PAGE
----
GREG WILPERT: Now, there’s supposed to be an election in Afghanistan in a few weeks, as I mentioned in the beginning, but it doesn’t seem too certain whether they’re really going to happen. Now, the Taliban and opposition leaders would like to see them canceled or postponed with an interim government taking office. Now, how do you see elections factoring into this complicated process?

PATRICK COCKBURN: Well, if the Taliban can get them canceled, that shows again how much of a power in the land they are. But when I’ve been in Afghanistan, what has struck me is not so much the popularity of the Taliban, but the unpopularity of the government. I think that that’s been true since 2006 when the Taliban began to make a comeback. But are we going to have a situation as we did in the early 1990s when the Soviet-backed government collapsed, when the Soviet Union collapsed, and then we had the forebearers of the Taliban march into Kabul and start massacring their enemies? And then we had an even bloodier civil war than we did before.

I’m not convinced that that isn’t going to happen again. And there’ll be a lot of Afghans who, whatever is agreed by the US and the Taliban, will resist, which is what they did initially in Afghanistan in the early nineties. It’s very difficult after, you’ve mentioned, 40 years of war. It’s very difficult to disentangle all these confrontations. The war in Afghanistan has always been partly sectarian in other ways between the different communities there. There’s that element. I think we’re still quite a long way from any definitive peace emerging.

GREG WILPERT: Yes, this does seem like in many ways we’re back at square one in terms of the situation, like you mentioned, comparable to the 1990s or the early 2000s with not much having been achieved— at least for the United States— from all this war effort. What do you think? Has anything really changed since then?

PATRICK COCKBURN: Well, we had a sort of war at the beginning. There was a misconception in 2001 that the Taliban were defeated. I remember following the Taliban from [inaudible] to the fall of Kabul down to Kandahar, their southern capital. If you watched a television or read the newspapers at the time, it sounded as though the Taliban were completely defeated and going home, never to rise again, but one could see on the roads that this was very much an organized retreat, and they were capable of coming back. I had meetings with the Taliban leaders in villages and they made very clear if they weren’t treated right, if they were still pursued, if they’re completely excluded from power, they would come back. Afghanistan is often very deceptive like that. People who are losers in one phase of a conflict might go home, but they can always come back again.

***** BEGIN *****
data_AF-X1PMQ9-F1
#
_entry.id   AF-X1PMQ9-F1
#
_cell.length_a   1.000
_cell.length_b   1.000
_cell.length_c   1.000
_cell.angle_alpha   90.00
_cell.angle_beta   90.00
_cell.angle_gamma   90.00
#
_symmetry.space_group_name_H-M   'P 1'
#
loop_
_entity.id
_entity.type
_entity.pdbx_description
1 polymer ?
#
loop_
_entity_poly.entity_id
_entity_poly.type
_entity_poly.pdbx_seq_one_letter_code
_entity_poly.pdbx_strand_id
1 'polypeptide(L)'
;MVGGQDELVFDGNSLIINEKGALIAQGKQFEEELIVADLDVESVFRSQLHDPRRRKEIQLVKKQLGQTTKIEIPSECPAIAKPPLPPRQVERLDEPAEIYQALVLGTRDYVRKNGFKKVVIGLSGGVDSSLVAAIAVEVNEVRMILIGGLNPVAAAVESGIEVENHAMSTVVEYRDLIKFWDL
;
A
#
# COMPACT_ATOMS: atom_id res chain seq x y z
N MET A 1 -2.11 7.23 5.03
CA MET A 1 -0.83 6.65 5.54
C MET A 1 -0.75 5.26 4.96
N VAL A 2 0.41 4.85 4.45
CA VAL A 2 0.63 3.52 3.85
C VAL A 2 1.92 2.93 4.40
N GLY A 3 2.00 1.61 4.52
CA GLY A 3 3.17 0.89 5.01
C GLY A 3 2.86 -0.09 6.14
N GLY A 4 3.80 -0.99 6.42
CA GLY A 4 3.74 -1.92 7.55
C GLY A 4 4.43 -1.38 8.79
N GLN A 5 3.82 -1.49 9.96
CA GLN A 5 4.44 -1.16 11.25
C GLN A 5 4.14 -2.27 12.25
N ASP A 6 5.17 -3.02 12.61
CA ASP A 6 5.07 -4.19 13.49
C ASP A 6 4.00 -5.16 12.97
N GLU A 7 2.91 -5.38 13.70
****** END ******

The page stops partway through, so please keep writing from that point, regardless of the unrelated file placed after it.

And you have the same thing in Iraq, just 40 years of war. People are so [inaudible] to violence. They find it difficult to believe that peace is going to come, they aren’t going to give up their weapons, and this has been a conflict which has got worse. People in Afghanistan, they’ll be looking at videos on their laptops or their phones showing Taliban being prisoners, being tortured to death, or members of the Afghan government or their supporters being executed. This sort of [inaudible]. The way war works there, one aspect of is, to try to terrorize the other side by showing your atrocities and that sort of impression doesn’t go away. That’ll make it even more difficult in this sort of modern age when half of Afghans have access to the internet, and to create a mood in which the place will really become peaceful.

GREG WILPERT: Okay. Well, we’re going to leave it there for now. I’m speaking to Patrick Cockburn, long-time Middle East Correspondent with The Independent. Thanks again, Patrick, for having joined us today.

PATRICK COCKBURN: Thank you. Good day.

GREG WILPERT: And thank you for joining The Real News Network.

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Patrick Cockburn is a correspondent for the Independent London. He is the author of The Age of Jihad.